But from here it was only a few miles back to town. I made it and took a meandering route home, as I intended to keep riding until I could get 100 miles on the odometer. I neared home and still had two miles to go, so I rode around the neighborhood until I hit 100 miles. It was very rewarding to a three-digit readout on my trip odometer again!


I did a few things wrong on this ride. First of all, I should have paced myself better. I was trying to keep up with the club, so this was a problem. I’ve been doing club rides for training, and to experience a different side of cycling, and I wanted to stick to both of those goals. However, ultimately, I pushed too hard. I finished the ride, but I was really having a hard time toward the end.

Second, I had trouble eating. This is normally not a problem for me, but I was experimenting with more Clif bars and such; I usually use them somewhat but aside from lunch that was all I ate. At times I just couldn’t choke them down. That said, some flavors are better than others. Also, the lack of stops meant trying to eat on the bike, which I’m not very comfortable doing.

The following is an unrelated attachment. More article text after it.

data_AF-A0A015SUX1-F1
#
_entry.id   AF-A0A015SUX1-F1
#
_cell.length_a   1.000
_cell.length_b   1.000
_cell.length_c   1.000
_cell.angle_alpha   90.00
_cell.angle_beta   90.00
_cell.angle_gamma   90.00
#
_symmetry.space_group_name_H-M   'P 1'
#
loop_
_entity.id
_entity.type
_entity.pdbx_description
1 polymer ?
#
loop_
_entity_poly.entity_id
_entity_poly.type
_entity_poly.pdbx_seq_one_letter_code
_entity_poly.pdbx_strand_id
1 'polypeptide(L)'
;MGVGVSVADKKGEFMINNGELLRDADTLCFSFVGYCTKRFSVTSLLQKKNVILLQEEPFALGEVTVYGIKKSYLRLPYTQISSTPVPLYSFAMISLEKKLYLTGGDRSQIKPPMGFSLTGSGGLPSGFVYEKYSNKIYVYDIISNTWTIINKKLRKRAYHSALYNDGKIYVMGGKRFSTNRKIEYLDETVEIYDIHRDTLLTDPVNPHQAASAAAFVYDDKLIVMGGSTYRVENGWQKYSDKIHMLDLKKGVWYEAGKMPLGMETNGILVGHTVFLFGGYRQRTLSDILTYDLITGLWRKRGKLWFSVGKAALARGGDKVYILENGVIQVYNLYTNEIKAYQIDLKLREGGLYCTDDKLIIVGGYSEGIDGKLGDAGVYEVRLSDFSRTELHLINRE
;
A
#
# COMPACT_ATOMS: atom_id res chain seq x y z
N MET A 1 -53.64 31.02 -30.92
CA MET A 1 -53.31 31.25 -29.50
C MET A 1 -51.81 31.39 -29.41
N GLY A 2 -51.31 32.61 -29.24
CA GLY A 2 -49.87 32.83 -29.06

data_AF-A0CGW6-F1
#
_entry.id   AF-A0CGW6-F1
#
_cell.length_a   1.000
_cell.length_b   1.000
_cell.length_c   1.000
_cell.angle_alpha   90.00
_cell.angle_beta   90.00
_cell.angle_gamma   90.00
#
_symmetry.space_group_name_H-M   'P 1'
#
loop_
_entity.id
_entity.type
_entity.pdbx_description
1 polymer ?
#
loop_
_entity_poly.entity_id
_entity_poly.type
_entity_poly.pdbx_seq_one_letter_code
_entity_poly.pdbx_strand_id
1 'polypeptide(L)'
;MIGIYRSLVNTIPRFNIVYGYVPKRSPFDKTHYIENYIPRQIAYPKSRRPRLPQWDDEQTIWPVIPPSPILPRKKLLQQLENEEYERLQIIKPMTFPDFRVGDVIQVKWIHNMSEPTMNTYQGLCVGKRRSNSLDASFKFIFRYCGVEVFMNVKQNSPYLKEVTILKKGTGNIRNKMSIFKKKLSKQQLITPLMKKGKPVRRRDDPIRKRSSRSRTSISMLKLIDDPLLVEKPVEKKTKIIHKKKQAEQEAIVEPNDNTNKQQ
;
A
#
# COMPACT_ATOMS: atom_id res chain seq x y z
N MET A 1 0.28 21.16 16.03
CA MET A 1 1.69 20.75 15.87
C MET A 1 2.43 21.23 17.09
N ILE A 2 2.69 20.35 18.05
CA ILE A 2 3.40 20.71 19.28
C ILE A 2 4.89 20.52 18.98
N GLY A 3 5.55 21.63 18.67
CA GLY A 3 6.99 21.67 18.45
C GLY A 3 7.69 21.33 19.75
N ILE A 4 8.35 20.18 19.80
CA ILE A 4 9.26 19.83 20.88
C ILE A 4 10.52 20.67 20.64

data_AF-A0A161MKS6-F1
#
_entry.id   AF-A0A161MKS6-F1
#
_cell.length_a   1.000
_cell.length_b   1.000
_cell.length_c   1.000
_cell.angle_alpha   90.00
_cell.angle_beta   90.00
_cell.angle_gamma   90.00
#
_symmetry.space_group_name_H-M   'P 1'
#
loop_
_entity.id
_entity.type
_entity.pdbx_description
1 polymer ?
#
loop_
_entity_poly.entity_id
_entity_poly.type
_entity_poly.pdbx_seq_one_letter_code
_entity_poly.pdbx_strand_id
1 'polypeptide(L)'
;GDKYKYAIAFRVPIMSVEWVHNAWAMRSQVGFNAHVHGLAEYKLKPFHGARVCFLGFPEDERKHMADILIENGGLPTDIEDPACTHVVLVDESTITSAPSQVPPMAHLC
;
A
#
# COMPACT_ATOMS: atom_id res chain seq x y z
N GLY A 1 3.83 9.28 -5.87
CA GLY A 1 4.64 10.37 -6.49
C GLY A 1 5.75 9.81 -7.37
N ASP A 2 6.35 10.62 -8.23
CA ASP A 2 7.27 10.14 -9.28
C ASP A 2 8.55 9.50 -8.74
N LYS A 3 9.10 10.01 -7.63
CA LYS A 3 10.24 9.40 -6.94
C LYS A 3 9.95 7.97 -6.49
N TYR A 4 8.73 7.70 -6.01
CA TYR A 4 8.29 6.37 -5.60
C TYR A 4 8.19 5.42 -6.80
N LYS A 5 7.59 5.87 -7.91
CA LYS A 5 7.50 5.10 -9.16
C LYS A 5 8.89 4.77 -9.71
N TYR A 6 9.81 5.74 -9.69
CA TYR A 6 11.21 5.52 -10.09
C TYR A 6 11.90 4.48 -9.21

The flip side is that on a few recent rides, I’ve had success with “Endurolytes” electrolyte capsules. I take about two capsules every hour and they really do seem to help with electrolyte replacement. This also frees me up to experiment more with food and beverages, since I don’t have to depend on a drink for electrolytes. In practice, I still usually use one bottle with water and the other with some kind of sports drink.

Ultimately, this was a good ride, but overall it was more of a workout than it was fun. I didn’t get to enjoy the scenery as much as I would have liked, or take photos, or explore. I just rode, intensely. This is not what I’m usually looking to get out of my rides, but in preparation for RAIN, I think it’s a good thing. Also, I did manage to get to know some other riders, which I enjoyed.

It’s hard to believe RAIN is this weekend. I feel pretty good about it, though, because I know that Bill and I will pace ourselves better than I did on this ride, and I think I have nutrition/dealing with the heat figured out well enough.

Bloomfield Covered Bridge with Bloomington Bicycle Club

Tuesday, July 6th, 2010